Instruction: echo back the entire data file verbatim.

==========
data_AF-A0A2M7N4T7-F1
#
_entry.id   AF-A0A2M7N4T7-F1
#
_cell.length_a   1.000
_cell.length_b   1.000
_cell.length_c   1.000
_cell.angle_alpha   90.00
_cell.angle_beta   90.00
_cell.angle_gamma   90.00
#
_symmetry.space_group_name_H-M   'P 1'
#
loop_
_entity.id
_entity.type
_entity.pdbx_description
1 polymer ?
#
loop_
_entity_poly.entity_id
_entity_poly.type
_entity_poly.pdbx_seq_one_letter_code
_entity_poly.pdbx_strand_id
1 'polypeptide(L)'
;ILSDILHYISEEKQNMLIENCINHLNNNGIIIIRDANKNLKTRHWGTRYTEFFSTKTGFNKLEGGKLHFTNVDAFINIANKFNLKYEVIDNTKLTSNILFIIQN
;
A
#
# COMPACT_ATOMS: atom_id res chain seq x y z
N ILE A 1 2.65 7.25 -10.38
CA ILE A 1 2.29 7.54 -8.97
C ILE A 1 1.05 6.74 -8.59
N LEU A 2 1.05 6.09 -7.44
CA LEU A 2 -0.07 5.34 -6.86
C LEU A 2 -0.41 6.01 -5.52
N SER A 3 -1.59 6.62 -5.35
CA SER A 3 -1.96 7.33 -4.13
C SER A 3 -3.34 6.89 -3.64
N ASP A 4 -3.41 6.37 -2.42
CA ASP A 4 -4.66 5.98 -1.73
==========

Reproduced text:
data_AF-A0A2M7N4T7-F1
#
_entry.id   AF-A0A2M7N4T7-F1
#
_cell.length_a   1.000
_cell.length_b   1.000
_cell.length_c   1.000
_cell.angle_alpha   90.00
_cell.angle_beta   90.00
_cell.angle_gamma   90.00
#
_symmetry.space_group_name_H-M   'P 1'
#
loop_
_entity.id
_entity.type
_entity.pdbx_description
1 polymer ?
#
loop_
_entity_poly.entity_id
_entity_poly.type
_entity_poly.pdbx_seq_one_letter_code
_entity_poly.pdbx_strand_id
1 'polypeptide(L)'
;ILSDILHYISEEKQNMLIENCINHLNNNGIIIIRDANKNLKTRHWGTRYTEFFSTKTGFNKLEGGKLHFTNVDAFINIANKFNLKYEVIDNTKLTSNILFIIQN
;
A
#
# COMPACT_ATOMS: atom_id res chain seq x y z
N ILE A 1 2.65 7.25 -10.38
CA ILE A 1 2.29 7.54 -8.97
C ILE A 1 1.05 6.74 -8.59
N LEU A 2 1.05 6.09 -7.44
CA LEU A 2 -0.07 5.34 -6.86
C LEU A 2 -0.41 6.01 -5.52
N SER A 3 -1.59 6.62 -5.35
CA SER A 3 -1.96 7.33 -4.13
C SER A 3 -3.34 6.89 -3.64
N ASP A 4 -3.41 6.37 -2.42
CA ASP A 4 -4.66 5.98 -1.73